Advice: It’s better to be safe than sorry with casual workers

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Advice: It’s better to be safe than sorry with casual workers


It is important for all employers to be aware that the costs of an employee are not just financial.
It is important for all employers to be aware that the costs of an employee are not just financial.

I live in the west, and traditionally a group of neighbouring farmers have always joined together to help get the silage done. However, as some farmers have gotten older, we have hired casual labour to help us with the workload.

I am a little concerned about the legal requirements of hiring labour for the farm.

Are there any tax implications? What if we have to hire contractors for part of the work – are there different requirements for this?

The extra labour demands that this time of year puts on farmers means that many will use casual labour from off farm to ease the workload and help complete the task before the weather breaks.

While contractors are an option, they can be expensive and this system will not suit all farmers.

Employing farm labour

It is important for all employers to be aware that the costs of an employee are not just financial.

Being an employer means you are responsible for providing certain rights for your employees, and proper working conditions.

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Financial duties

While wage rates are generally the result of negotiation between the employer and employee, there are some restrictions on the minimum pay rates.

The national minimum wage for an experienced adult employee is €9.55 per hour – the rate went up on January 1 this year.

An ‘experienced adult employee’ is an employee who has been in employment of any kind for two years over the age of 18.

The exception to this minimum rule are employees under 18 years. They are entitled to €6.69 per hour.

Employees aged 18 and in the first year of employment are entitled to €7.64 per hour. Employees aged 18 and in the second year of employment are entitled to €8.60 per hour.

Employees under 18 but over 15 cannot work for more than eight hours per day and 40 hours per week. Also, they cannot work outside of the hours between 6am and 10pm.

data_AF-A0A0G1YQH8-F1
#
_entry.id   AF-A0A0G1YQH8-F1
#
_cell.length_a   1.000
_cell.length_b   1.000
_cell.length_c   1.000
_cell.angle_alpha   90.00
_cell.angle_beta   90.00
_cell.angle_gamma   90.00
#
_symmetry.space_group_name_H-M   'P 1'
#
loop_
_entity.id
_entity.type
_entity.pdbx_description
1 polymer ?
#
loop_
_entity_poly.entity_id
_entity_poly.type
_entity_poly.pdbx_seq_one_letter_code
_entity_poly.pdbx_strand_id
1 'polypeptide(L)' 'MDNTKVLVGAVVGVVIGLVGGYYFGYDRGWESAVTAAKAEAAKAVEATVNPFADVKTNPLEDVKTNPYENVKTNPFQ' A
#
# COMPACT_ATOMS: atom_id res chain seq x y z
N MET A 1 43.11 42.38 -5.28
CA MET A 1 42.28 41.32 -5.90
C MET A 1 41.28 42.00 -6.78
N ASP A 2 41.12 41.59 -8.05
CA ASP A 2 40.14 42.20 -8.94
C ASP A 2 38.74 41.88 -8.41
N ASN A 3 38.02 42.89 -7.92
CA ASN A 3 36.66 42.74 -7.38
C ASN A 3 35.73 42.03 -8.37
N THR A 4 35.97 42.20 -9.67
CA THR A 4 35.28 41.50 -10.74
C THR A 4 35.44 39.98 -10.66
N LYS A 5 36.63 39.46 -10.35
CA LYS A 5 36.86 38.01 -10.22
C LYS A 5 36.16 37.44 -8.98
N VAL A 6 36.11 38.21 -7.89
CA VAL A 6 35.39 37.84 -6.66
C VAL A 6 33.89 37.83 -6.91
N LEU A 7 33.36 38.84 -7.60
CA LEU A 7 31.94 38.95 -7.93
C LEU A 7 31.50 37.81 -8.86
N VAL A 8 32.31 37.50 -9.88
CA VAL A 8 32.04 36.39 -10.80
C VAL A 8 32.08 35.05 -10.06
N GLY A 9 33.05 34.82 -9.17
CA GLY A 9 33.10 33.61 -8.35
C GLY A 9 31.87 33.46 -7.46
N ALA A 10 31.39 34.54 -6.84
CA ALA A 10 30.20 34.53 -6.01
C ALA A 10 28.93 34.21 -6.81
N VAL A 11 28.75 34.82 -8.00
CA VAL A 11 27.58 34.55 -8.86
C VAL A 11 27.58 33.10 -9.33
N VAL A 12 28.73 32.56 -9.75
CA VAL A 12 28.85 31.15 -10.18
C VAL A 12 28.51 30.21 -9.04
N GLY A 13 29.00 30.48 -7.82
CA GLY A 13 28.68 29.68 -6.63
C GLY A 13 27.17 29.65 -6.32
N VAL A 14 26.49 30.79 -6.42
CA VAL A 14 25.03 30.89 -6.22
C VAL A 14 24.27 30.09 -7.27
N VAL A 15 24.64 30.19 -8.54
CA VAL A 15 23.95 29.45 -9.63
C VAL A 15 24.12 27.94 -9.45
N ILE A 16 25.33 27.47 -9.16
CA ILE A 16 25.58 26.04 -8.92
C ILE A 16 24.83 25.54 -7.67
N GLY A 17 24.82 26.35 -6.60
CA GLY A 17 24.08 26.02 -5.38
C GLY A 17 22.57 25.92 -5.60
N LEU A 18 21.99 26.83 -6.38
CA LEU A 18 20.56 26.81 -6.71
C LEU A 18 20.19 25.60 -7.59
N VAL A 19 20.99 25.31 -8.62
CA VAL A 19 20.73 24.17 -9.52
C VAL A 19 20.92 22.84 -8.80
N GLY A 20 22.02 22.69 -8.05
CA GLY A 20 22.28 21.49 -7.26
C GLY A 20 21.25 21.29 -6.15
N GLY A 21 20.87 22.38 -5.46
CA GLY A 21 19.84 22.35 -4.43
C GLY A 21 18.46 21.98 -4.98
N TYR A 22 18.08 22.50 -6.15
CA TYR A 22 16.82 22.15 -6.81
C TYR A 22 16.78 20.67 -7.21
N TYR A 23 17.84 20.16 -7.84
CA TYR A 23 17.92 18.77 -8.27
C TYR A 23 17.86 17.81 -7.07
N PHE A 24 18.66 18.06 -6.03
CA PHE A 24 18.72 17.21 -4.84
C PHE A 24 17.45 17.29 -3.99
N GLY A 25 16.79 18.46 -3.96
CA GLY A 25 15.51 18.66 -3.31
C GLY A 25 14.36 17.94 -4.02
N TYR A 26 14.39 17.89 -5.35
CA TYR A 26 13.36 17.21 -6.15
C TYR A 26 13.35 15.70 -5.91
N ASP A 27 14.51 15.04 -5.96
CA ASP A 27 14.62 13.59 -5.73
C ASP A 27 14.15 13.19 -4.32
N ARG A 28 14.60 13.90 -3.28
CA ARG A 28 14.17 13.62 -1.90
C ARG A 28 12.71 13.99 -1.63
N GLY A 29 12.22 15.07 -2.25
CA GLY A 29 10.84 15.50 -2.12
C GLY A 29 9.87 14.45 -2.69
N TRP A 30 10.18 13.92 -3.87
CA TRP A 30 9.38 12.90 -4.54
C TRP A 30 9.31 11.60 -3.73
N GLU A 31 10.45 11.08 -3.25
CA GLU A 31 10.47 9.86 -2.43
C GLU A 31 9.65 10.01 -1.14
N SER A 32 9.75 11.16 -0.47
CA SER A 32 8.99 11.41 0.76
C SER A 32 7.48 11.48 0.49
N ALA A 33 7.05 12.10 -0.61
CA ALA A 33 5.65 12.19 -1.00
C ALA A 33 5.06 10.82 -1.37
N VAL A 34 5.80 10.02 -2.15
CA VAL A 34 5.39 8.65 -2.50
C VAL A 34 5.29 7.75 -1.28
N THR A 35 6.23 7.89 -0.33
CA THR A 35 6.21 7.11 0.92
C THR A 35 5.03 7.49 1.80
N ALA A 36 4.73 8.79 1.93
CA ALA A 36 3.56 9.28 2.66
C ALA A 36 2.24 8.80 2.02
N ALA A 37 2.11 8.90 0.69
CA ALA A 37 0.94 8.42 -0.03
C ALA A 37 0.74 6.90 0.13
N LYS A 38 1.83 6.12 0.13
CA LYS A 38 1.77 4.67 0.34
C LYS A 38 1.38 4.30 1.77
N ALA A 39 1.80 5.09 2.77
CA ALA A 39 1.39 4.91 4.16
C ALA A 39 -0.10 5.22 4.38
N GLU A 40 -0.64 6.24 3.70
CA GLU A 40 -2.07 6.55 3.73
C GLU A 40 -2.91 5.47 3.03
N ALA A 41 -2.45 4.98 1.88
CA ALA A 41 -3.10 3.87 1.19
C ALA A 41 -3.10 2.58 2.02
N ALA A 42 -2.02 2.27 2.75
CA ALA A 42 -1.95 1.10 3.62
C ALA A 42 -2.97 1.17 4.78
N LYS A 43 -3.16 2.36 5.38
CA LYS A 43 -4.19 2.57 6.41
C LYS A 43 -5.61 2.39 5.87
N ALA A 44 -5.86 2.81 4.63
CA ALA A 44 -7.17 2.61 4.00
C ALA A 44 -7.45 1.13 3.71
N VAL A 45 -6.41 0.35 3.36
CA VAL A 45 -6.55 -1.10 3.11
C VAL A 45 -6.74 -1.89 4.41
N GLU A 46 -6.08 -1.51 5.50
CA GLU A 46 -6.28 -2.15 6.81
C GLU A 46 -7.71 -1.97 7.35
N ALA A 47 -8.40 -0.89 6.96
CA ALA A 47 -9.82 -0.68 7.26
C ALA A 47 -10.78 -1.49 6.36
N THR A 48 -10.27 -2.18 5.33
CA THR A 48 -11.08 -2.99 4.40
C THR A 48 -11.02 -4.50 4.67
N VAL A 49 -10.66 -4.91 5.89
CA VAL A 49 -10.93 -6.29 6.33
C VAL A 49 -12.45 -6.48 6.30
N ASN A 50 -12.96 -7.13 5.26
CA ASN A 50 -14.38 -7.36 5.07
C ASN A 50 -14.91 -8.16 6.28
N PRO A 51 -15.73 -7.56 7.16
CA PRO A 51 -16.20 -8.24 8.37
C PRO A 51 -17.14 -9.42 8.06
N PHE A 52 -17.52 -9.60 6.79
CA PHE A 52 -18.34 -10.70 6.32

This new regulation affects insurance for young workers if they are driving for too long.

Failure to pay the appropriate minimum wage can result in a fine.

Holidays

The general rule is that an employee is entitled to 8pc of the hours worked in a year, up to a maximum of four working weeks per year.

Where a worker is ill during annual leave and produces a doctor’s cert, the days which have been certified as sick days should not be counted as holidays.

Employers are not obliged to pay workers during sick days. Employees may be entitled to claim illness benefit from the Department of Social Protection in respect of these days.

Employers’ duties

Employers must register all employees paid more than €8 per week under the PAYE system with revenue. If you register with revenue online at www.ros.ie, you can easily fill this in yourself.

You will be required to deduct emergency tax for an initial period and PAYE, PRSI, USC and local property tax if applicable. As an employer, you will have to pay employer’s PRSI based on the level of pay to the employee.

In the case of dismissal, an employee who has been working for 13 weeks is entitled to a minimum notice period. Employers can pay employees in lieu of the notice period.

An employee who has been employed for two years or more, continuously, is entitled to redundancy payment of two weeks’ pay for each year of continuous work and one further week’s pay.

For those working between 13 weeks and two years, one week’s notice is required for dismissal.

While it may seem a daunting prospect to have to deduct taxes and return them to Revenue, there are a number of software packages available to download which can assist with this process – or you can have your accountant do this for you.

Health & safety

An employer has a duty to take “reasonable care” for the employee’s safety.

Factors like the age and experience of the employee are taken into consideration. It is likely that the more experience and knowledge the employee has, the less care the employer would be expected to take of them.

Every employee is entitled to a written copy of the terms and conditions of their employment; this can be a great way to avoid potential problems between employers and employees.

Both parties will also be clear on what exactly is expected of them and could save difficulties later.

Hiring contractors

Those who choose to hire contractors will not have to worry about paying ‘stamps’ for them; however, you do have to consider other factors, such as: have you adequate insurance in place?

The landowner is not normally responsible for dangers created by contractors due to negligent or dangerous practices. However, the landowner has to have taken all reasonable care in the circumstances.

So what do you have to do to ensure that you have taken reasonable care?

The biggest issue arises for the landowner where he knows that the safety measures used by the contractor are not sufficient and/or dangerous. You should ask around as to the competency of the contractors.

You should also satisfy yourself that the drivers are over the legal age and are capable and careful. If you know the contractor is not capable of doing the work safely, then you should not hire them.

When it comes to employing farm labourers, pay particular attention to their age and ability and make sure they are capable of carrying out a task safely before allowing them to do it.

This article is a general guide. You should seek professional advice in relation to your individual circumstances.

Theresa Murphy is a barrister based in Ardrahan, Co. Galway.

Indo Farming

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